Black & Blue
And Good All Over
By Brian, Susan, Shane & Jake/
Situated in the heart
of Huntingtons restaurant district, Black & Blue
has replaced Off The Wall, with executive chef Steven Del
Lima from Wild Fin in Huntington Village. This CIA grad with
more than 16 years in the biz proved his mettle at Auereole,
Daniel and other New York City restaurants before opening
the acclaimed RSVP in Bayville and later Wild Fin.
In his newest home, Del Lima brings with him a few of his
signature seafood dishes that his lucky patrons have enjoyed
throughout the years, but also adds hearty chops and innovative
concepts to help flesh out one of the most creative menus
On an early Thursday night we took a seat in the large dining
room just under a massive, illuminated aquarium that seemed
to serve as the primary light source for the room. The décor
was comfortable, like a well-heeled den with plush seating
and dark colors.
We began our meal with a sample of appetizers: Flash Fried
Calamari ($11), Crisped Maryland Lump Crab Cakes ($14) and
B*Bs All-Natural, Grass-Fed Argentinean Beef & Gorgonzola
Fondue ($16 to share for 2, $28/4, $40/6). The calamari was
served crisp with a Thai chili sauce and a Wakame seaweed
salad, garnished with black and white sesame seeds and toasted
peanuts. For the teenagers dining with us that night, it was
the surprise hit of the night.
The crab cakes were soft and smooth, served on an oblong plate
with a marinated grape tomato relish and drizzles of toasted
walnut and Thai basil pesto aioli. They were delicate and
rich, and the pesto served as a perfect complement, adding
to the dish with its layers of flavor.
Clearly, the centerpiece was the fondue, with caramelized
onion foccacia and seared tenderloin set around a tabletop
fondue pot that held a creamy blend of gorgonzola, butter,
cream shallots and a few other ingredients that mellowed the
cheese and added sweetness to the dish.
Filled from the first course, we only chose three dishes for
our entrees: Jalapeño-Bacon-Wrapped Filet Mignon ($36),
Sourdough Pretzel Crusted Frenched Chicken Breast ($19) and
the Cowboy Rubbed Bone-In Ribeye ($38).
The bacon added a kick to the filet, which was served with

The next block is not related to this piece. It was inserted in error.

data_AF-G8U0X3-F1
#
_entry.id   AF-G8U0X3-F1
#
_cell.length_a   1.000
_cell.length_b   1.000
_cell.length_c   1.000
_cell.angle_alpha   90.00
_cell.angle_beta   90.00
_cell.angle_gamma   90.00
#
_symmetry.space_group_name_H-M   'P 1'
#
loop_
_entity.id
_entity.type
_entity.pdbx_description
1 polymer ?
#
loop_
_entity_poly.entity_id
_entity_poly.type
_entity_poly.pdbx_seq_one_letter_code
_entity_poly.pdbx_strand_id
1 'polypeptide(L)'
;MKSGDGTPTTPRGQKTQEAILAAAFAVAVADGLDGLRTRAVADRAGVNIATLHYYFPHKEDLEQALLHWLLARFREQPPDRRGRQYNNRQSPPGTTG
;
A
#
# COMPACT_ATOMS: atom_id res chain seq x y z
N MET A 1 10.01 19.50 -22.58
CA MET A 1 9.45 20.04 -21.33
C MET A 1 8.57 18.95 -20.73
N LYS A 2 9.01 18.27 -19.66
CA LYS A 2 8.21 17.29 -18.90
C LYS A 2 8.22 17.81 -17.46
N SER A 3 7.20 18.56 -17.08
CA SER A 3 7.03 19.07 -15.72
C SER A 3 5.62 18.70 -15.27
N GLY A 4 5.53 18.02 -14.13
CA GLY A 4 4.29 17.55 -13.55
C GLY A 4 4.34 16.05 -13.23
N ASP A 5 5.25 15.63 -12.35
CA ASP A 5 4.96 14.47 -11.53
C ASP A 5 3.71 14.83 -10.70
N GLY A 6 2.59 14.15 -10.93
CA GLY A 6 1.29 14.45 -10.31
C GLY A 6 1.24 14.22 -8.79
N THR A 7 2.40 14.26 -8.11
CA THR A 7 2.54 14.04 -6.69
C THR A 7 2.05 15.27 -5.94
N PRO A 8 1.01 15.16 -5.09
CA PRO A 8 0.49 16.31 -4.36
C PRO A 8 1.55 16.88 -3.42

a creamy side of roasted Fingerling potatoes with Great Hills
gorgonzola, lemon-scented baby spinach and a roasted tomato-eggplant
jam. The simplicity of the beef, cooked to order, was balanced
with the complexity of roasted vegetable jam, and the rich
potatoes, which served to cool the palate from the jalapeños
The Frenched chicken, near boneless except for
its wing, was served atop a grain mustard-tomato and leek
risotto, and was beneath a bed of Arugula and fennel fricassee.
The risotto was the clear palate stealer. Cooked tender but
still with solid form, and bursting with tantalizing flavors,
well be sure to remember it and wish for a bowl on its
own on a cold winters night.
The ribeye was served atop roasted asparagus and beside a
caramelized onion and Maytag bleu cheese potato cake that
was much lighter than it looked and paired perfectly with
the veal au jus that accompanied the steak.
Filled from our meal, but willing to try something new from
the dessert menu, we had plenty of creative options. Again,
a fondue is on the menu, but this time there are three to
choose from. We opted for the Milk Chocolate and Peanut Butter
Fondue ($15 for 2 people, $25/4, $35/6). It comes served with
the same flair as the beef appetizer, but includes marshmallows,
fresh strawberries and pineapple and cranberry biscotti for
We also enjoyed the gelato, which is made to order by chef
Del Lima, based on his epicurean whims. We sampled the toasted
almond, chocolate chunk, Tahitian vanilla and malted milk
ball flavors. We also enjoyed the Brown Butter Bombolini ($8),
which were Italian doughnuts with vanilla cream and a brown
butter caramel, served with the toasted almond gelato.
The highlight of the desserts was the restaurants signature
creation a Milk Chocolate Peanut Butter Bar ($8), which
is a chocolate and peanut butter mousse atop a brick of chocolate
and peanut brittle, served with a run-caramel sauce and garnished
with a ball of caramel popcorn.
When a restaurant changes hands, when a chef changes kitchens,
when new creations are made in an old location, often the
formula does not succeed. That is not the case here. Chef
Del Lima has created a menu that proves that innovation and
creativity can come in old locations, that you can teach an
old chef new tricks, and that Huntington has yet another star
to add to its growing repertoire of fine dining choices.
65 Wall Street
Seafood and chop house
Atmosphere: Luxurious Den
Price Range: Moderate - Expensive
Hours: Lunch Tues-Sat,
noon to 3 p.m.
Dinner Tue-Thur, 5-10 p.m
Fri & Sat 5-11 p.m.
Sun 4-9 p.m.